Are you thinking about venturing into the world of eLearning and online course creation? Good on you. Creating online courses is a great way to share your knowledge, build credibility in your industry and – if you’re interested in selling what you create – make a bit of money. Yet, creating courses is quite an undertaking, and not everyone will be successful.
Here are four best practices that you can use to create awesome online courses:
One thing I’ve heard a few times from aspiring instructors is that since there aren’t any popular courses (or even any courses at all) on a subject, they’re destined for success. One out of 100 times, this might be true. But often it’s a sign that the topic isn’t marketable or profitable. That’s to say that, in general, the clear majority of worthwhile subjects are—by now—going to have some level of competition. It’s our job as instructors to teach these subjects in a different way or find new topics within these subjects to take on.
Specifically, we want topics that:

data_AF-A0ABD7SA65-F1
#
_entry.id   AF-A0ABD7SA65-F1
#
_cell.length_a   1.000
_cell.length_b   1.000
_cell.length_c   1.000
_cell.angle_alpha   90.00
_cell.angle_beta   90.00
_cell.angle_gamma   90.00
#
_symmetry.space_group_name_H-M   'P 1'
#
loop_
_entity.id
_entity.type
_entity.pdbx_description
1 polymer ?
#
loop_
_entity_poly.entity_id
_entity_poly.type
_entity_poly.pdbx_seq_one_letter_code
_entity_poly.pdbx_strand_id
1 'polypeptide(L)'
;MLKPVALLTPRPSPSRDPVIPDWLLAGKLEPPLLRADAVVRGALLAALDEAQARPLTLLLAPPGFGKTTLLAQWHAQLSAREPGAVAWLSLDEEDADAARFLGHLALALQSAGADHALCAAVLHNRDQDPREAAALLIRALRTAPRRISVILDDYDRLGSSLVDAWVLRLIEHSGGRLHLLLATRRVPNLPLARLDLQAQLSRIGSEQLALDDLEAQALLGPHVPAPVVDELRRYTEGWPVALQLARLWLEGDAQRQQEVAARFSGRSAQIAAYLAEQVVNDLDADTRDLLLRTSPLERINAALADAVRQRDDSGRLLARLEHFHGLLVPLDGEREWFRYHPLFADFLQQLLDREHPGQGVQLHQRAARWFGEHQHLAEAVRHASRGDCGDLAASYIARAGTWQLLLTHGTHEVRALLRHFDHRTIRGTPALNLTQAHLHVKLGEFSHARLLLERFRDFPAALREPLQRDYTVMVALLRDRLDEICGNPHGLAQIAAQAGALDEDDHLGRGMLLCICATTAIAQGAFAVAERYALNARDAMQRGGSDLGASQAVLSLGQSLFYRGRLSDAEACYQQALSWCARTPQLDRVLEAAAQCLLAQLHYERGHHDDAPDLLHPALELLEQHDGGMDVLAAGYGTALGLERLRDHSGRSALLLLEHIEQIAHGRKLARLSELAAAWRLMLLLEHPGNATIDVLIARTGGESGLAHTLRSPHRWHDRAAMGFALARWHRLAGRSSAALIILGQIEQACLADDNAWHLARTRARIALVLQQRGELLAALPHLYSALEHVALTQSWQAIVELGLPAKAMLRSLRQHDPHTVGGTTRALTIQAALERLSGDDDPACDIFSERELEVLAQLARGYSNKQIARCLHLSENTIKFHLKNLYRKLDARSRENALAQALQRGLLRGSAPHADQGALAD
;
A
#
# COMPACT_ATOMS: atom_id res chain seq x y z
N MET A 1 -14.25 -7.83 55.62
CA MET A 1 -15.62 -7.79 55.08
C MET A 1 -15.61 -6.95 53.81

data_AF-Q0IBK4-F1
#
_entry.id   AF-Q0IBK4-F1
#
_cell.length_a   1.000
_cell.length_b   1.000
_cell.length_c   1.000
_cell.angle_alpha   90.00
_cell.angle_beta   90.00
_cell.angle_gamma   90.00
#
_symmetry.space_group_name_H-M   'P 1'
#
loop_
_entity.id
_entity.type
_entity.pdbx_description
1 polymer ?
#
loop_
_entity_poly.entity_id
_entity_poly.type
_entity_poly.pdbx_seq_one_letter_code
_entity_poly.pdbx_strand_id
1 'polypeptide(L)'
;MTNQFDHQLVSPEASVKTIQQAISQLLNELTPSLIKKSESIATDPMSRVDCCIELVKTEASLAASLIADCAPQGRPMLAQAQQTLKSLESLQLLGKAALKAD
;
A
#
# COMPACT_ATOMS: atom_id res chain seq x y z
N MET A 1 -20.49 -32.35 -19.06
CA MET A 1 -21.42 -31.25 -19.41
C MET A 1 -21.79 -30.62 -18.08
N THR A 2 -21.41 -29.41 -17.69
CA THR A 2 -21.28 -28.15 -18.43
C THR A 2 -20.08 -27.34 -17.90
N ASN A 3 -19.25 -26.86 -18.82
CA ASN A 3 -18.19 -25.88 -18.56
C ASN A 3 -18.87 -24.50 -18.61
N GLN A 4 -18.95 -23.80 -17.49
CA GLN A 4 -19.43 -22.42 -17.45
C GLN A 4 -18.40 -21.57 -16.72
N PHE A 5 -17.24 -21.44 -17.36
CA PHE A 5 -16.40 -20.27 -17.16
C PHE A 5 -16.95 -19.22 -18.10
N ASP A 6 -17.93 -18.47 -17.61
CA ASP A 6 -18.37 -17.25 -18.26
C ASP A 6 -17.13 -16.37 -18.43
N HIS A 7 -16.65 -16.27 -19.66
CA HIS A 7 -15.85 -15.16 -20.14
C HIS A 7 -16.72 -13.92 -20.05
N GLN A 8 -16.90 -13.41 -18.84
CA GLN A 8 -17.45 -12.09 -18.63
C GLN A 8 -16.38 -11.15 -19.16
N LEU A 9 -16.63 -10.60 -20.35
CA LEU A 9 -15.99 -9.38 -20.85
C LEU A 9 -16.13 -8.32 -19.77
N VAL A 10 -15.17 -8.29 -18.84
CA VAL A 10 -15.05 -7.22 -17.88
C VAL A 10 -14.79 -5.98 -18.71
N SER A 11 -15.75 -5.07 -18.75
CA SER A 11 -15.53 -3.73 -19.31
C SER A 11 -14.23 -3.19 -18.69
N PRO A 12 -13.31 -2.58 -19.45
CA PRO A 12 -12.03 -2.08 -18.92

The general concept is to think beyond “Everyone has a car, so I’ll make a course about driving” ideas. Broader is often not better and with over 9 million learners on Udemy alone (each of whom aren’t limited to a single course), it shouldn’t be difficult to nab your sliver of the online education pie with a differentiated course topic.
Online courses should consist of a series of short video lessons. Break down your course into easy-to-digest and sequential concepts. This, believe it or not, is called chunking. Chunking your content is ideal for a couple of reasons:
For example, a Twitter course targeted at busy start-up marketers who need results fast might take the shape of “How to Attract Your First 1,000 Followers in 10 Days.” This is called a value proposition. Value propositions answer the question “What will learners gain from your course?” It’s clear from this value proposition that learners will get 1,000 Twitter followers and it will only take 10 days.
This type of course title is very different from the courses you took in grade school or college. A local community college might offer “Anatomy 101” although the same course published online would ideally be titled something along of the lines of “Learn to Name All Parts of the Human Body.”
Most learners don’t expect a high production value of your videos. I’m not saying that professional-level courses shot with $3,000 cameras aren’t awesome. They’re just not necessary. Learners are much more concerned with the knowledge they’ll gain from your course than they are about whether you’re exceptional with PowerPoint or can afford fancy gear.
You can use your smartphone for recording videos, pick up an affordable microphone and you’re well on your way.
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